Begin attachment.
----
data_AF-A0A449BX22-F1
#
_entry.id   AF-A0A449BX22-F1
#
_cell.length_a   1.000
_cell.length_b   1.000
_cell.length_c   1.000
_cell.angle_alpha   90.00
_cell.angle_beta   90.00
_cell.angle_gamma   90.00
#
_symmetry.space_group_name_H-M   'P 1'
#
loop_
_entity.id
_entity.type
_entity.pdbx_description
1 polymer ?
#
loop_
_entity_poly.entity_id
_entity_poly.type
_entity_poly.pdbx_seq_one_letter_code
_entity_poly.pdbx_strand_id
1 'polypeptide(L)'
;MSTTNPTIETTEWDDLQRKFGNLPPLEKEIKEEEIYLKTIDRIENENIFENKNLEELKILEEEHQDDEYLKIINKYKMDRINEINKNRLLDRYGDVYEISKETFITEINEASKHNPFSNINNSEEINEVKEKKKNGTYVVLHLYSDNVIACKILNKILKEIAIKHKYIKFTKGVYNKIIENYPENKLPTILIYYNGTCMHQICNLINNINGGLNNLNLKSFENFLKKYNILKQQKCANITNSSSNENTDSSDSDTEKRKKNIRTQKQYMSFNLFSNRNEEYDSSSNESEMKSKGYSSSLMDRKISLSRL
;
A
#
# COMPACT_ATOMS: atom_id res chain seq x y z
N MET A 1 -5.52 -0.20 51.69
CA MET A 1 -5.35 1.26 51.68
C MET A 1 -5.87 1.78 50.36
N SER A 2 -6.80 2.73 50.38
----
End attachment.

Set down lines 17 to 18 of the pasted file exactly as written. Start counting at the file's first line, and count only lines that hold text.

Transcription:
_entity.pdbx_description
1 polymer ?